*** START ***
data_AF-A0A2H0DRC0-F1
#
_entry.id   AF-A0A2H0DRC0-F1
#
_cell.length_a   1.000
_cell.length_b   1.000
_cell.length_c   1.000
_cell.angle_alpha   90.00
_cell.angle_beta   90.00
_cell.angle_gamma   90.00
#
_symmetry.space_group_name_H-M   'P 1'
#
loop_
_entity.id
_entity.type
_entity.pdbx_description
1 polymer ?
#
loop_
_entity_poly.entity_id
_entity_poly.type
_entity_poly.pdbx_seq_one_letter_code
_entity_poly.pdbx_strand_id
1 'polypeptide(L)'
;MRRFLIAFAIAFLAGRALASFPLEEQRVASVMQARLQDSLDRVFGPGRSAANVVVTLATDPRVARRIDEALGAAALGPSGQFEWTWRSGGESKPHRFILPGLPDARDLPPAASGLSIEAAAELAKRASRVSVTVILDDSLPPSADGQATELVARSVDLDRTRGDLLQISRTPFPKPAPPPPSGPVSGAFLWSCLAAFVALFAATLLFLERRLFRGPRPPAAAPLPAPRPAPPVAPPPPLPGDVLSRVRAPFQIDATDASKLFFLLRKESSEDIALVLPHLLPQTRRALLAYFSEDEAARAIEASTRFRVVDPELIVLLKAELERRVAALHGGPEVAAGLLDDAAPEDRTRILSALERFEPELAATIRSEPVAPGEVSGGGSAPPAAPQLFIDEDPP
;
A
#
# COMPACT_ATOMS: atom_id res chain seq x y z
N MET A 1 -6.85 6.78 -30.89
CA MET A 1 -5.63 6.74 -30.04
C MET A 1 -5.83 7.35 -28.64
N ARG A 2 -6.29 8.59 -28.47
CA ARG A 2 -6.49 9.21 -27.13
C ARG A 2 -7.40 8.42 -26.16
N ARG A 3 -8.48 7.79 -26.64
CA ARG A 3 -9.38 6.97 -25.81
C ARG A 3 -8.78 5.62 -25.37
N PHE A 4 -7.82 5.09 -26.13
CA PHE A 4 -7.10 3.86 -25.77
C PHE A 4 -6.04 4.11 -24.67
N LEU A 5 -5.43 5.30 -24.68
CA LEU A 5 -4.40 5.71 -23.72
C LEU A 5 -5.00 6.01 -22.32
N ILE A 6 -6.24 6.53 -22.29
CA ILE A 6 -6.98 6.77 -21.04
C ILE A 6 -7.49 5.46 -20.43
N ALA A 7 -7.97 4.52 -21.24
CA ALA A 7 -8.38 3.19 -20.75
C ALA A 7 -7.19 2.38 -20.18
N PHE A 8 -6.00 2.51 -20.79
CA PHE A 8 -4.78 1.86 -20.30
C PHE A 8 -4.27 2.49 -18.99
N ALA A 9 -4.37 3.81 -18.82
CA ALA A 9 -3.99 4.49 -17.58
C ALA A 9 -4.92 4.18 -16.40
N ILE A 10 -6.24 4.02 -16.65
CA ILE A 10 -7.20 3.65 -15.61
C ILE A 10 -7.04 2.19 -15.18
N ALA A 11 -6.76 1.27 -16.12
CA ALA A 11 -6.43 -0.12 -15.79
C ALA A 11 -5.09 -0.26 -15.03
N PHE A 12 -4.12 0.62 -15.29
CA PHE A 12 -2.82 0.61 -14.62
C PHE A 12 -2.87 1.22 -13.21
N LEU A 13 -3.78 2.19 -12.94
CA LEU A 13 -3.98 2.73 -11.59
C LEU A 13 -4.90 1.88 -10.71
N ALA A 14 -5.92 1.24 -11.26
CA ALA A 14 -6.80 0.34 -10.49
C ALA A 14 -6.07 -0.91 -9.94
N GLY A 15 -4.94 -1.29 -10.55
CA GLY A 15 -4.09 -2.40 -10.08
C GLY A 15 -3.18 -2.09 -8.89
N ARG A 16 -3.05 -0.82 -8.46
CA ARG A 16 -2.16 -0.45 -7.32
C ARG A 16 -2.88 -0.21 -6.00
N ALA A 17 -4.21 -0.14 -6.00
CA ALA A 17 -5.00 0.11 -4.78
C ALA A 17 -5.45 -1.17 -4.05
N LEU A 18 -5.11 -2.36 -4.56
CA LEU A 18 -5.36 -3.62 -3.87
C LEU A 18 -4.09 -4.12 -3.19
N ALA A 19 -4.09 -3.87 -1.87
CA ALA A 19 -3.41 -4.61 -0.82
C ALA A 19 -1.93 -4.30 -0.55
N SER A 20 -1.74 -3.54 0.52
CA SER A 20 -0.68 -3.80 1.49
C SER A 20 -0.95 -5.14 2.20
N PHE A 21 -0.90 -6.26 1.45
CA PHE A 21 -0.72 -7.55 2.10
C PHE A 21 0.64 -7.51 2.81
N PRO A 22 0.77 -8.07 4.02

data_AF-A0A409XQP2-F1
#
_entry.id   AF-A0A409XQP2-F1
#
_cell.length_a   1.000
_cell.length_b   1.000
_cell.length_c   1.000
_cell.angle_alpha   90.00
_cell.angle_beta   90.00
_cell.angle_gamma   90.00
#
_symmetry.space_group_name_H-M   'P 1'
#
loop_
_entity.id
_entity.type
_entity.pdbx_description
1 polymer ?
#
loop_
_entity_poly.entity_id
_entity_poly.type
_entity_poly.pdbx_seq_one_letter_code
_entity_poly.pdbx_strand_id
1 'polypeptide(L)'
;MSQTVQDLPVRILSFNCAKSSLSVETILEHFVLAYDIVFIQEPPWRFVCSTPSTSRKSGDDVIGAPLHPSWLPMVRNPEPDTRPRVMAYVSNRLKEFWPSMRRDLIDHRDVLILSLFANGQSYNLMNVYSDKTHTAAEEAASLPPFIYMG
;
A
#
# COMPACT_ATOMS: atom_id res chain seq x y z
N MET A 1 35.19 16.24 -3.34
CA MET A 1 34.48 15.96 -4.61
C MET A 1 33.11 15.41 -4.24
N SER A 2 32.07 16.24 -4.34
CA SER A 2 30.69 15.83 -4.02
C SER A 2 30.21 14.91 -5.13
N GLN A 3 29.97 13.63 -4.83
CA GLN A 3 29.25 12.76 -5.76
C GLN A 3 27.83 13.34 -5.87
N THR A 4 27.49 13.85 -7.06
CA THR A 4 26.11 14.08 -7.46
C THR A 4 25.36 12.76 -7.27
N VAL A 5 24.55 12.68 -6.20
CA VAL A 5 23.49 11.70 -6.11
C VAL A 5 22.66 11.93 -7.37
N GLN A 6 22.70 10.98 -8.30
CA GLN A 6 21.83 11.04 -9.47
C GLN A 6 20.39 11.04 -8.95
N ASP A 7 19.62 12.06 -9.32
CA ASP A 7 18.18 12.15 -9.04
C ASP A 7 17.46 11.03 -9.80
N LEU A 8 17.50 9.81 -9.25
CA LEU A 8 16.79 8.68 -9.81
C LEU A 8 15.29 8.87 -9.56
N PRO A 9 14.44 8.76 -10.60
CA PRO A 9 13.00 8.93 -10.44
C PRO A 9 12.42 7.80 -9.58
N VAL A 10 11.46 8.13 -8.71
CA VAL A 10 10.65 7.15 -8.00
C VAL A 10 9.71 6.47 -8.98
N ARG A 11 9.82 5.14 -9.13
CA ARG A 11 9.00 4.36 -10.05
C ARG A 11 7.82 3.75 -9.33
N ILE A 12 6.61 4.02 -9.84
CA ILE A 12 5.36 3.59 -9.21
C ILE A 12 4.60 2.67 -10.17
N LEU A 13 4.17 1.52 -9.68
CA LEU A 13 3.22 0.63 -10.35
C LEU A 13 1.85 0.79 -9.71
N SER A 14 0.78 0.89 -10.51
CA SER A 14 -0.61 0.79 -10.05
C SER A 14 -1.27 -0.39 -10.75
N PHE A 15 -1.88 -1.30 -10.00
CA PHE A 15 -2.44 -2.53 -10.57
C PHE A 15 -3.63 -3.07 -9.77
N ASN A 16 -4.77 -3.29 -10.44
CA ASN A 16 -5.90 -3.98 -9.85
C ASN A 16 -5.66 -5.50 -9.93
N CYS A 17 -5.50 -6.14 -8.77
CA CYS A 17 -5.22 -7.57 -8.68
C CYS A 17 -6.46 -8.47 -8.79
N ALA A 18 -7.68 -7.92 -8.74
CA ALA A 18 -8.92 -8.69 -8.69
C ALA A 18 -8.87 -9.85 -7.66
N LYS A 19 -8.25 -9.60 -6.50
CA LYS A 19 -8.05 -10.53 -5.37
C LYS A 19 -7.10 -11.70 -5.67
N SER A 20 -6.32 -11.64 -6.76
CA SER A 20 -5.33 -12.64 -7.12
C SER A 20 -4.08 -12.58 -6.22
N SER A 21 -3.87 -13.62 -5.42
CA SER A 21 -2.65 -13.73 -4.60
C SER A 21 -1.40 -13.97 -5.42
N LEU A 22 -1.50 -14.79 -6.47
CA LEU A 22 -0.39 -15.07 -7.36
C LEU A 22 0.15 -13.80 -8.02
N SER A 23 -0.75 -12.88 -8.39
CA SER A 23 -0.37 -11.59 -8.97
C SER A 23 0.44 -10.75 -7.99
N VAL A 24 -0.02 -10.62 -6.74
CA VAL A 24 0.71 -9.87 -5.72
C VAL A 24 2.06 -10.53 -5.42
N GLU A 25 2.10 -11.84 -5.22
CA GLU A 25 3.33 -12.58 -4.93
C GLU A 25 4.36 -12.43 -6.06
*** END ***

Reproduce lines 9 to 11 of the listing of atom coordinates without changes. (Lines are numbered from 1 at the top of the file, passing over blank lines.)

_cell.angle_beta   90.00
_cell.angle_gamma   90.00
#